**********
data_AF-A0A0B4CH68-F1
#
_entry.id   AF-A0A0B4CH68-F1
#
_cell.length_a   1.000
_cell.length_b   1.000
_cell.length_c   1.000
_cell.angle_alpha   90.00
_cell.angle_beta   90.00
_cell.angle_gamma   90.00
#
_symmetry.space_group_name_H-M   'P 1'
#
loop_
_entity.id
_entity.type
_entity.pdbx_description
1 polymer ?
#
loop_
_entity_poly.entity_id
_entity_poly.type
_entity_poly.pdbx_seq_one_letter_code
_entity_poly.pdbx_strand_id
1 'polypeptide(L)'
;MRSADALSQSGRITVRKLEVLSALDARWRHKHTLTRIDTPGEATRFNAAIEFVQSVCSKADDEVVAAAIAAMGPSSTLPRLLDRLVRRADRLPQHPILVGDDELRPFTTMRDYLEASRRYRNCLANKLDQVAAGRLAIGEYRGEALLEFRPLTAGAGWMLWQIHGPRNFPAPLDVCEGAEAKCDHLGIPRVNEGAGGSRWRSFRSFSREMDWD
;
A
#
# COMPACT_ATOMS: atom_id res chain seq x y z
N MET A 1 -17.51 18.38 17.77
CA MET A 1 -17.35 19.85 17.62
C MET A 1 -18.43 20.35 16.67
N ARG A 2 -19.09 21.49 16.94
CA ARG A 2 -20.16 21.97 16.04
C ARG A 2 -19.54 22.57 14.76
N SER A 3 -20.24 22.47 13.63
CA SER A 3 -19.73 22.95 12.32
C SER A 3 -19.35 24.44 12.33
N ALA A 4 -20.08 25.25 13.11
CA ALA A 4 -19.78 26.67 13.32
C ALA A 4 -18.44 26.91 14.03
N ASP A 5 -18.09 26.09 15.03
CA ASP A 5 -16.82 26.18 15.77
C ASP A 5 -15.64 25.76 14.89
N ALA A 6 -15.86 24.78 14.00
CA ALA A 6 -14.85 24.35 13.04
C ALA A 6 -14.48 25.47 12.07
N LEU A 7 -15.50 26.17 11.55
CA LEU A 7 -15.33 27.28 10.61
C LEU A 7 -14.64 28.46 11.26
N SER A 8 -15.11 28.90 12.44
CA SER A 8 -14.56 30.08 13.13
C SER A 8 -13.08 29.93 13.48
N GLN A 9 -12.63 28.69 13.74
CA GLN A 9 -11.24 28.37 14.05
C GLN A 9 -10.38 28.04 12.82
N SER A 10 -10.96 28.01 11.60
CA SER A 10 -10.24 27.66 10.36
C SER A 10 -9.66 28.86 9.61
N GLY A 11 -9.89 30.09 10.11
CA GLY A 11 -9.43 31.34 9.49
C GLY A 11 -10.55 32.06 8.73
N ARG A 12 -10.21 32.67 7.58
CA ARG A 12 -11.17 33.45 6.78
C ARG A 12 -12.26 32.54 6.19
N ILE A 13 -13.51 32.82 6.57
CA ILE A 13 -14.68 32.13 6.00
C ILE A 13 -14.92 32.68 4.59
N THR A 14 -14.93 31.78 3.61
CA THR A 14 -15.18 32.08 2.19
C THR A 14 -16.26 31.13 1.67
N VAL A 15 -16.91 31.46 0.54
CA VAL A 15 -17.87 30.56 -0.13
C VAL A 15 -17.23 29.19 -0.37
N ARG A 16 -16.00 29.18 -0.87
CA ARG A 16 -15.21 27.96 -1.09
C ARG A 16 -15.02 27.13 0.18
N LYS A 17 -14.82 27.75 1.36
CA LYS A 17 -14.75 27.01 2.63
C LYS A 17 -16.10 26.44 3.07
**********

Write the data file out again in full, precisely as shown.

data_AF-A0A0B4CH68-F1
#
_entry.id   AF-A0A0B4CH68-F1
#
_cell.length_a   1.000
_cell.length_b   1.000
_cell.length_c   1.000
_cell.angle_alpha   90.00
_cell.angle_beta   90.00
_cell.angle_gamma   90.00
#
_symmetry.space_group_name_H-M   'P 1'
#
loop_
_entity.id
_entity.type
_entity.pdbx_description
1 polymer ?
#
loop_
_entity_poly.entity_id
_entity_poly.type
_entity_poly.pdbx_seq_one_letter_code
_entity_poly.pdbx_strand_id
1 'polypeptide(L)'
;MRSADALSQSGRITVRKLEVLSALDARWRHKHTLTRIDTPGEATRFNAAIEFVQSVCSKADDEVVAAAIAAMGPSSTLPRLLDRLVRRADRLPQHPILVGDDELRPFTTMRDYLEASRRYRNCLANKLDQVAAGRLAIGEYRGEALLEFRPLTAGAGWMLWQIHGPRNFPAPLDVCEGAEAKCDHLGIPRVNEGAGGSRWRSFRSFSREMDWD
;
A
#
# COMPACT_ATOMS: atom_id res chain seq x y z
N MET A 1 -17.51 18.38 17.77
CA MET A 1 -17.35 19.85 17.62
C MET A 1 -18.43 20.35 16.67
N ARG A 2 -19.09 21.49 16.94
CA ARG A 2 -20.16 21.97 16.04
C ARG A 2 -19.54 22.57 14.76
N SER A 3 -20.24 22.47 13.63
CA SER A 3 -19.73 22.95 12.32
C SER A 3 -19.35 24.44 12.33
N ALA A 4 -20.08 25.25 13.11
CA ALA A 4 -19.78 26.67 13.32
C ALA A 4 -18.44 26.91 14.03
N ASP A 5 -18.09 26.09 15.03
CA ASP A 5 -16.82 26.18 15.77
C ASP A 5 -15.64 25.76 14.89
N ALA A 6 -15.86 24.78 14.00
CA ALA A 6 -14.85 24.35 13.04
C ALA A 6 -14.48 25.47 12.07
N LEU A 7 -15.50 26.17 11.55
CA LEU A 7 -15.33 27.28 10.61
C LEU A 7 -14.64 28.46 11.26
N SER A 8 -15.11 28.90 12.44
CA SER A 8 -14.56 30.08 13.13
C SER A 8 -13.08 29.93 13.48
N GLN A 9 -12.63 28.69 13.74
CA GLN A 9 -11.24 28.37 14.05
C GLN A 9 -10.38 28.04 12.82
N SER A 10 -10.96 28.01 11.60
CA SER A 10 -10.24 27.66 10.36
C SER A 10 -9.66 28.86 9.61
N GLY A 11 -9.89 30.09 10.11
CA GLY A 11 -9.43 31.34 9.49
C GLY A 11 -10.55 32.06 8.73
N ARG A 12 -10.21 32.67 7.58
CA ARG A 12 -11.17 33.45 6.78
C ARG A 12 -12.26 32.54 6.19
N ILE A 13 -13.51 32.82 6.57
CA ILE A 13 -14.68 32.13 6.00
C ILE A 13 -14.92 32.68 4.59
N THR A 14 -14.93 31.78 3.61
CA THR A 14 -15.18 32.08 2.19
C THR A 14 -16.26 31.13 1.67
N VAL A 15 -16.91 31.46 0.54
CA VAL A 15 -17.87 30.56 -0.13
C VAL A 15 -17.23 29.19 -0.37
N ARG A 16 -16.00 29.18 -0.87
CA ARG A 16 -15.21 27.96 -1.09
C ARG A 16 -15.02 27.13 0.18
N LYS A 17 -14.82 27.75 1.36
CA LYS A 17 -14.75 27.01 2.63
C LYS A 17 -16.10 26.44 3.07